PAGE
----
talkhealth meets... Dr Neil Stanley

Whether you’re great at getting shut-eye or find it hard to sleep soundly, we can all learn from a sleep expert. That’s why, before his webinar, we asked Dr Neil Stanley to share his tips and tricks for a good nights sleep.

The sleep expert also shares his thoughts on the way that sleep has changed thanks to our 24/7 lifestyles and busts some of the biggest myths that surround it. If you want to learn more about sleep from Neil, you should attend his webinar where he will be exploring how we can manage sleep with long term health conditions.


When did you first realise that sleep was something that you’re interested in?

I started working in sleep when I was 16 years old when I worked alongside the Airforce at the Institute of Aviation Medicine. After 40 years it is a bit like that Billy Preston song ‘if you can’t be with the one you love, love the one you’re with’. I only occasionally struggled with sleep issues (like everyone does) so it wasn’t something that came from personal challenges. Now, as a sleep expert, I don’t find sleeping hard as I practice what I preach.

Your career has been wide-spanning - where do you think you learnt most about sleep? Why?

My career (which has spanned working in universities, hospitals and on the NHS supported Sleepstation) has been diverse but I still learn something new about sleep every day. I have a personal library of over 2500 books about sleep and I add about 3 books a week to it, so there is always more to learn. 

What areas of health do you have to consider when you are studying sleep? 

Sleep is vital for good physical, mental and emotional health. It underpins everything we do from cutting a cucumber to developing cancer. If you want to learn more about your own sleep you should listen to your body and people like me, sleep experts. 

You have a strong stance against the so-called ‘sleep market’, can you tell us more?

We have slept perfectly well for millennia and now people have decided they can make money from this most natural of processes. You don’t get rich by talking common sense, trust me! It is important to remember that sleep is a pleasure in its own right, not just something you do at the end of the night. 

Do sleep aids really work?

The vast majority of sleep aids (including natural remedies) have no scientific evidence behind them. Most of them are just sold on meaningless marketing statements. However never rule out the power of placebo, if you think something works for you, then it probably does.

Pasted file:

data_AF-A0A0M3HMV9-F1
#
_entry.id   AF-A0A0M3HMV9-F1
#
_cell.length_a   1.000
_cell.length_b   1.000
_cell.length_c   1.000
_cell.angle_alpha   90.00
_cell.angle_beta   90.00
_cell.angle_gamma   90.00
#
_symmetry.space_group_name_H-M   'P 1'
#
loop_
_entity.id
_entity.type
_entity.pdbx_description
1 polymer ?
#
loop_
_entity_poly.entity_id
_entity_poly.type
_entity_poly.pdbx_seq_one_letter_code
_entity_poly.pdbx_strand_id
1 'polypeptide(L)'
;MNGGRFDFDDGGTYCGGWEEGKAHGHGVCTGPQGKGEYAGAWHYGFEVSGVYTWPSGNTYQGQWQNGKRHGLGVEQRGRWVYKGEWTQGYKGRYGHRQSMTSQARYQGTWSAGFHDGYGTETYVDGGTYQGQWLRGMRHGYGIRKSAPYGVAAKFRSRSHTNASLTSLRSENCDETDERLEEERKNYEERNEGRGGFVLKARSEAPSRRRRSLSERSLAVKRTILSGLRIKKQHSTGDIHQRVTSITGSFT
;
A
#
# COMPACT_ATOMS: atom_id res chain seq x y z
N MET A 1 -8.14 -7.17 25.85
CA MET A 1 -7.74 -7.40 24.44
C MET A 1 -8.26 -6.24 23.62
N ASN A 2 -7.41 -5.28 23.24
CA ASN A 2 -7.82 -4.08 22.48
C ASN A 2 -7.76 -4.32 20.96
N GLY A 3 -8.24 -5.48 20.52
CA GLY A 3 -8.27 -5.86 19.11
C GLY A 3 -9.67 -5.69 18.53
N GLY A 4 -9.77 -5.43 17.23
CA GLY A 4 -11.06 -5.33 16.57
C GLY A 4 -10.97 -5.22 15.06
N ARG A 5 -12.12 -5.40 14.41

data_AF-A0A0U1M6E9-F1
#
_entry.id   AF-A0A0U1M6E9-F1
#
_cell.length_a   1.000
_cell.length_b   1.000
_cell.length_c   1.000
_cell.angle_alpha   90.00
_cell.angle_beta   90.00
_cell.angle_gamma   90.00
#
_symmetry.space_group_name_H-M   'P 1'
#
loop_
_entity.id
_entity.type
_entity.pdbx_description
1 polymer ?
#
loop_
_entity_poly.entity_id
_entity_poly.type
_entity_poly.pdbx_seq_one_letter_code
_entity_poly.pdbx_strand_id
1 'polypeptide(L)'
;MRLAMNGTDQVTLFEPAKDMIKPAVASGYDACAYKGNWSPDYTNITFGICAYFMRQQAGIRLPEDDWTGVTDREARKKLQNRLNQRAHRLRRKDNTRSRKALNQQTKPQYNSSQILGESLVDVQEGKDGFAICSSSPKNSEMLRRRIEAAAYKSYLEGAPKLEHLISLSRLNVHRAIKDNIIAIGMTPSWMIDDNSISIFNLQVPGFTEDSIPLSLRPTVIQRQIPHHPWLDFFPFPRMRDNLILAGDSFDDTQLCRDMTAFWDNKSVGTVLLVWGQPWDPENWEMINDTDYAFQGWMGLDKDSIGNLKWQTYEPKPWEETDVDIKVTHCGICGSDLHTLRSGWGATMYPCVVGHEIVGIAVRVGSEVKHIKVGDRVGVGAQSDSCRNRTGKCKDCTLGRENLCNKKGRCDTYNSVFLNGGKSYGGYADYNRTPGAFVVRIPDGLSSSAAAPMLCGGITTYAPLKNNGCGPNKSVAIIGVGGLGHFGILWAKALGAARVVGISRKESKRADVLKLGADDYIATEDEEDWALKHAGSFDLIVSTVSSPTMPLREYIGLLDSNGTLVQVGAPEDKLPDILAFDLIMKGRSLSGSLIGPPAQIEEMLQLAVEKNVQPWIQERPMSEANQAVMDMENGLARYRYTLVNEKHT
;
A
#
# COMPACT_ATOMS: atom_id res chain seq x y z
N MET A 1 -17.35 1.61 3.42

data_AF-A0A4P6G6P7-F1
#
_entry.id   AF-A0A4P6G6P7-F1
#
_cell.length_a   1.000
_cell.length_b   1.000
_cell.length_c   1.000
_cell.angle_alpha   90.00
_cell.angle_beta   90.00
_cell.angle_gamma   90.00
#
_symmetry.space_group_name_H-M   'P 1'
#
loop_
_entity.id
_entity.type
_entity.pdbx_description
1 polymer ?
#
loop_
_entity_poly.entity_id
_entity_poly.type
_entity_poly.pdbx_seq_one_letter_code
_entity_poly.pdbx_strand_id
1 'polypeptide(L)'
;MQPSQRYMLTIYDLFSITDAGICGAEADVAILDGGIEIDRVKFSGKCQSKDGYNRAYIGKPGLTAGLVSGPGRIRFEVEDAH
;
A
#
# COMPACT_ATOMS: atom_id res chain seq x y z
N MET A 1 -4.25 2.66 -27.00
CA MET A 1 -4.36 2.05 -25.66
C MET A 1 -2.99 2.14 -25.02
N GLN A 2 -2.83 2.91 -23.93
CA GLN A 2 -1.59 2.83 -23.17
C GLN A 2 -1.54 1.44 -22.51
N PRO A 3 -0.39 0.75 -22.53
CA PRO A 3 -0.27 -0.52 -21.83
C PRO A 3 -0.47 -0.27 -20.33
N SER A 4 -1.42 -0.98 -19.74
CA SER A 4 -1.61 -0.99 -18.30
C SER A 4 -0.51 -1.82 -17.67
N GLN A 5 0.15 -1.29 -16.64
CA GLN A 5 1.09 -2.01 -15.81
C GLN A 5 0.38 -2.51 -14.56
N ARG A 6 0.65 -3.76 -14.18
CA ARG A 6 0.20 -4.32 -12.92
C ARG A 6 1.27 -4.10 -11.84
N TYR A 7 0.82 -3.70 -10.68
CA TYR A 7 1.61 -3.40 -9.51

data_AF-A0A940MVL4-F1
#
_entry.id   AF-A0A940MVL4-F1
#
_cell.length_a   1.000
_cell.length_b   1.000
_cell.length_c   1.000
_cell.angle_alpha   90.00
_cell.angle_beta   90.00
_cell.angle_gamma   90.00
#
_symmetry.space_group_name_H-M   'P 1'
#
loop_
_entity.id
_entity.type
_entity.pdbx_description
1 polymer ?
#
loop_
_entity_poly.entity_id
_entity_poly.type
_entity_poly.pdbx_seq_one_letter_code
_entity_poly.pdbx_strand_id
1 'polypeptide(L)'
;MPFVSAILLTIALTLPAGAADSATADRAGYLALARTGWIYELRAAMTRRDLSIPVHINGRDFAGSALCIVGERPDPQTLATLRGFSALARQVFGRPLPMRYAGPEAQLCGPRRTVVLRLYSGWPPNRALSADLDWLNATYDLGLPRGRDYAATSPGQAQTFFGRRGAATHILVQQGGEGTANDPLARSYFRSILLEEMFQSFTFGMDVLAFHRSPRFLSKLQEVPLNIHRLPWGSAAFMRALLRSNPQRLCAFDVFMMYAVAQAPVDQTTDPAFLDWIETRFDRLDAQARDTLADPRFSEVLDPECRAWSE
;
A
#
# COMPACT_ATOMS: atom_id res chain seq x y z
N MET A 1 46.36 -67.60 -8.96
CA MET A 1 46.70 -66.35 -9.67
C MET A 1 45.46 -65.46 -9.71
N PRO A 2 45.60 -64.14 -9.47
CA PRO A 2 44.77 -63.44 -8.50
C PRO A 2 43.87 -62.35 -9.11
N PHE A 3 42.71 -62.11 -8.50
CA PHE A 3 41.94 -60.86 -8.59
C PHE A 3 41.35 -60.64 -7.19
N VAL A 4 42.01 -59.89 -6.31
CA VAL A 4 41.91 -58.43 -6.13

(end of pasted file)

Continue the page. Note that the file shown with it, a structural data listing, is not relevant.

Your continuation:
What are the biggest sleep myths these days? 

We don’t all need 8 hours

We don’t need less sleep as we get older

Sleep trackers are inaccurate

How can we improve our relationship with sleep?

You should start by prioritising sleep and treating it as important. If you make sleep an integral part of your well-being routine then you will naturally develop better sleep habits. My top three tips for good sleep are:

Make your bedroom conducive to sleep: You should think about how your bedroom is decorated, whether you are able to move around the room easily, reduce clutter and of course think about light, sounds and temperature. 

Relax your body: The NHS recommend taking a bath before bed, this can help it reach the ideal temperature for sleep. Also, you could try slow pace exercises like yoga to relax your muscles.

Do things that soothe your mind: There are simple tricks that can get your mind ready for bed like writing a to-do list. You also shouldn’t use a screen for an hour before you go to bed as the light can wake you up.

If you need extra support for your sleep, our mysleep support programme is great for actionable, weekly advice. You should also check out our talksleep hub where we have loads of articles and expert insights too! 

Information contained in this Articles page has been written by talkhealth based on available medical evidence. The content however should never be considered a substitute for medical advice. You should always seek medical advice before changing your treatment routine. talkhealth does not endorse any specific products, brands or treatments.

Information written by the talkhealth team